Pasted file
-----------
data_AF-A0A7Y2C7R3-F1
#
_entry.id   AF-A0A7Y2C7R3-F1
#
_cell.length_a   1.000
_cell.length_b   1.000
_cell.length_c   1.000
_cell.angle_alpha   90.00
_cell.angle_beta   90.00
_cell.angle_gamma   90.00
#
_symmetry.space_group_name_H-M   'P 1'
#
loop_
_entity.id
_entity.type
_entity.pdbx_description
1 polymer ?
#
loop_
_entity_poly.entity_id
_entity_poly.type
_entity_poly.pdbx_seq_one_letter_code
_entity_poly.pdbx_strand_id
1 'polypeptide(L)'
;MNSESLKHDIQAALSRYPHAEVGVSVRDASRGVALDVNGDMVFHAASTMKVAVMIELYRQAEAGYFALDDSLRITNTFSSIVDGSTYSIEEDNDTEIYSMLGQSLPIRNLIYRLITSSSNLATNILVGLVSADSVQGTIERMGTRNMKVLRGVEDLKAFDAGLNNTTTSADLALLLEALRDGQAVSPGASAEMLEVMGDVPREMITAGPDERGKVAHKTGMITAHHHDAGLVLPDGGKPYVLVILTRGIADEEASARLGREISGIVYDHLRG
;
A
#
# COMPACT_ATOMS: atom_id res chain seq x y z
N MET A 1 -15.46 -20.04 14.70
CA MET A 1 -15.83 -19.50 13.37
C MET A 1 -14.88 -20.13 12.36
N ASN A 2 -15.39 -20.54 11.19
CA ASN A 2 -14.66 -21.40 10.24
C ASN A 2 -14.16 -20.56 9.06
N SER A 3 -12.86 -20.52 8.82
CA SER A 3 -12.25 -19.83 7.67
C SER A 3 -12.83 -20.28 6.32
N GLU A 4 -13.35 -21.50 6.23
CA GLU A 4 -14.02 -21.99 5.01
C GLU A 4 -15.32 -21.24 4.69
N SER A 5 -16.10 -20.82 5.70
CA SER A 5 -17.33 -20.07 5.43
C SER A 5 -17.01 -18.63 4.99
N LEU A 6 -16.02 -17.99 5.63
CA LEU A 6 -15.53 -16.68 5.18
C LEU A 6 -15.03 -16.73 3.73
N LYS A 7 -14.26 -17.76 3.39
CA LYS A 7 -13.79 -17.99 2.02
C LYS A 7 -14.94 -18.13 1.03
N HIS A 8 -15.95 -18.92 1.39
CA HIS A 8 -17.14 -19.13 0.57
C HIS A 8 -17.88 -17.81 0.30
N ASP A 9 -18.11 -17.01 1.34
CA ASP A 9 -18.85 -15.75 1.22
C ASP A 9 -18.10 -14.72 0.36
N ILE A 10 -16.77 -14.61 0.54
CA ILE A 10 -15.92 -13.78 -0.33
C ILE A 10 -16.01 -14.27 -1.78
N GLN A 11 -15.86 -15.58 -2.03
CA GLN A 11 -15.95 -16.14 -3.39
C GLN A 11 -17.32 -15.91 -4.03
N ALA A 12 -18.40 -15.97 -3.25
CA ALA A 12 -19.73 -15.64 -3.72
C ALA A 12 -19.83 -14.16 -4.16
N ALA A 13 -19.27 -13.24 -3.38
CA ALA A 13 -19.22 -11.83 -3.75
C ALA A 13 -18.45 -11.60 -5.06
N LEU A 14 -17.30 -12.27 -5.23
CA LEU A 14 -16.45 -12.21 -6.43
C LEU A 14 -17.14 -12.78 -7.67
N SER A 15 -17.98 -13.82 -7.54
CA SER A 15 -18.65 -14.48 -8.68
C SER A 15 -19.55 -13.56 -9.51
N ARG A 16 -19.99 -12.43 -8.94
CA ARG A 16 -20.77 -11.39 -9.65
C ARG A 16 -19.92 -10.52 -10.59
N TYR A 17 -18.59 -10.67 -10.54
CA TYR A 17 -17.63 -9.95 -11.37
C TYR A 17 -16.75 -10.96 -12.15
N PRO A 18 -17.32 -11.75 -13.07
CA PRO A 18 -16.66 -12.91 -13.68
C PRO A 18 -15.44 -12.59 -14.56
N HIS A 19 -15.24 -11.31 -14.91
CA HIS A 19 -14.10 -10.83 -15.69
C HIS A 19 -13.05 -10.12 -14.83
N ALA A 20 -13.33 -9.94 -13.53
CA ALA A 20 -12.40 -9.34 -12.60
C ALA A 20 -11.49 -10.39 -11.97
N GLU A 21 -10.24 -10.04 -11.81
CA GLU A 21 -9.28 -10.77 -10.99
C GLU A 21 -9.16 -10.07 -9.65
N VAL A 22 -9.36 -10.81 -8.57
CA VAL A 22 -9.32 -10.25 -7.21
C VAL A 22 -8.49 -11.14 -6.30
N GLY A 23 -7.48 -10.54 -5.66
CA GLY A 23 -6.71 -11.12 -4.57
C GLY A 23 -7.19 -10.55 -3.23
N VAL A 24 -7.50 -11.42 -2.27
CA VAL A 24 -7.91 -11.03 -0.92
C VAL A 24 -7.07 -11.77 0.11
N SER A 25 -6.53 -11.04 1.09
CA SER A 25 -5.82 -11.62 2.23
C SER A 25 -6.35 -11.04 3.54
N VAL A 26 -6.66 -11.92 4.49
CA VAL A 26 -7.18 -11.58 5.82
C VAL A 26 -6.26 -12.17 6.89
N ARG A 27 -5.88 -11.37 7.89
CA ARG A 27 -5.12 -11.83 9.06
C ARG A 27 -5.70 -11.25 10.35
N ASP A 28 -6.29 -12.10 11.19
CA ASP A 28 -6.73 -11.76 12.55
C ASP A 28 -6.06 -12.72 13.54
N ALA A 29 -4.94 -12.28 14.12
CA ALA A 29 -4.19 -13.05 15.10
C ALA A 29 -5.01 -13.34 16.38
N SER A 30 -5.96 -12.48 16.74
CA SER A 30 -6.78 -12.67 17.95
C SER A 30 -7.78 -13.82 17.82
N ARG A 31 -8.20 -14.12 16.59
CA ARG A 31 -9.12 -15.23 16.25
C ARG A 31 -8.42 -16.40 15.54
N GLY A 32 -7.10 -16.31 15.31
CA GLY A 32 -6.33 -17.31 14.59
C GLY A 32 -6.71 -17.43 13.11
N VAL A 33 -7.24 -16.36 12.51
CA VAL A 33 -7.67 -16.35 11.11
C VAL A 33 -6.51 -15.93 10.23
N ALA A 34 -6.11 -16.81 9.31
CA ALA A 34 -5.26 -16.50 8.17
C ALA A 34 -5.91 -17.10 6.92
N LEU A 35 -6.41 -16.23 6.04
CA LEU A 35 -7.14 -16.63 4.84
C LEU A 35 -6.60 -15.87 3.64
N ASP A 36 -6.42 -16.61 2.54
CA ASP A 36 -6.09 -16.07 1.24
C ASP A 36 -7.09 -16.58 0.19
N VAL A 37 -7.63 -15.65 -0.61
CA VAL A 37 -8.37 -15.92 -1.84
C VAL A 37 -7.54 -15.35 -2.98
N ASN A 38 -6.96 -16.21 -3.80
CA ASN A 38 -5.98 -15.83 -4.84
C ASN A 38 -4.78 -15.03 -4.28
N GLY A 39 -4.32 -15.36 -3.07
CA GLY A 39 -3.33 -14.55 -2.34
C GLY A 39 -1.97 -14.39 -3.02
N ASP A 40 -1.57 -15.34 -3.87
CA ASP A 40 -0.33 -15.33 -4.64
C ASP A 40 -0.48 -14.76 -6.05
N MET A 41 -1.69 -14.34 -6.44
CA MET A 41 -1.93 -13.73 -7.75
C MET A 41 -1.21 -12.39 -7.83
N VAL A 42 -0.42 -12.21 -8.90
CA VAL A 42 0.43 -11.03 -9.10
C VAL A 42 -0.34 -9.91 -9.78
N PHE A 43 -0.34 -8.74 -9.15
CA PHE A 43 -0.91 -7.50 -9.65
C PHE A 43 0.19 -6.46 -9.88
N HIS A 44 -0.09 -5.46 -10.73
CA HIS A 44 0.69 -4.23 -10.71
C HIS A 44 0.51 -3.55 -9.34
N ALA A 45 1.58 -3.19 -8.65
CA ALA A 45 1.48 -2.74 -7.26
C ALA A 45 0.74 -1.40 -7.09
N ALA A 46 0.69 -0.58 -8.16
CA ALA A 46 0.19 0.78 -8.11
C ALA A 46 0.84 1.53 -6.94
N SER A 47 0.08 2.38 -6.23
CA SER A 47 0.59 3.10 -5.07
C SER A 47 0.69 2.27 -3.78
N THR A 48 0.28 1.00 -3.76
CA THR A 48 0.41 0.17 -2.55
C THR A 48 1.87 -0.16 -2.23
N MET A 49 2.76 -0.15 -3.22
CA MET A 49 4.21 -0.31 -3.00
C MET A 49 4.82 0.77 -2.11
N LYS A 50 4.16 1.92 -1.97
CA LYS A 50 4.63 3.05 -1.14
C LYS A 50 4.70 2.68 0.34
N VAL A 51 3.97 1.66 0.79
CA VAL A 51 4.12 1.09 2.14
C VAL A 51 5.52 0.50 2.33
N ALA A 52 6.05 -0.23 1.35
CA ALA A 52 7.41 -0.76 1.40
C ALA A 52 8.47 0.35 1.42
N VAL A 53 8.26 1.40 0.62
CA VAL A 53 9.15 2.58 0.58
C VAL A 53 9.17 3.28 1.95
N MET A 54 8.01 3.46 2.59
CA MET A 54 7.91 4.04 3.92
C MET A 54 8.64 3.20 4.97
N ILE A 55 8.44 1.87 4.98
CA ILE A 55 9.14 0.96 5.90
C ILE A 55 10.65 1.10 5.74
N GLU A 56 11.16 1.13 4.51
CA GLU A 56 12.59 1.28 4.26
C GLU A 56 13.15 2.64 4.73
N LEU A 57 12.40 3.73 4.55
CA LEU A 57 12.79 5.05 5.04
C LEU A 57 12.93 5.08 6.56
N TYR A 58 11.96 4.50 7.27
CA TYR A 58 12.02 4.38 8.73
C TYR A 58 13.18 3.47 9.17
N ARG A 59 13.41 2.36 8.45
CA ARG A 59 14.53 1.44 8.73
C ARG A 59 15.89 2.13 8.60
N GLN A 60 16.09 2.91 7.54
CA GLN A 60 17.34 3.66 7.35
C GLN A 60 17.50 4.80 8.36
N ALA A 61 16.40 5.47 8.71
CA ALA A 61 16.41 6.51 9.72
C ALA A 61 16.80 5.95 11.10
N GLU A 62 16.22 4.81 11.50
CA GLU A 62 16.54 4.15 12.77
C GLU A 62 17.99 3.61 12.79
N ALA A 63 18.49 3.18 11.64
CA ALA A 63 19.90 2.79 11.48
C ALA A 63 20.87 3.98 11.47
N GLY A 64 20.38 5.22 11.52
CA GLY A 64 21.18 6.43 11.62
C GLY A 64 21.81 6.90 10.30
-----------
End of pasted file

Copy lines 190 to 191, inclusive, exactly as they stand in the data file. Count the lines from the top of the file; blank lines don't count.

N MET A 54 8.01 3.46 2.59
CA MET A 54 7.91 4.04 3.92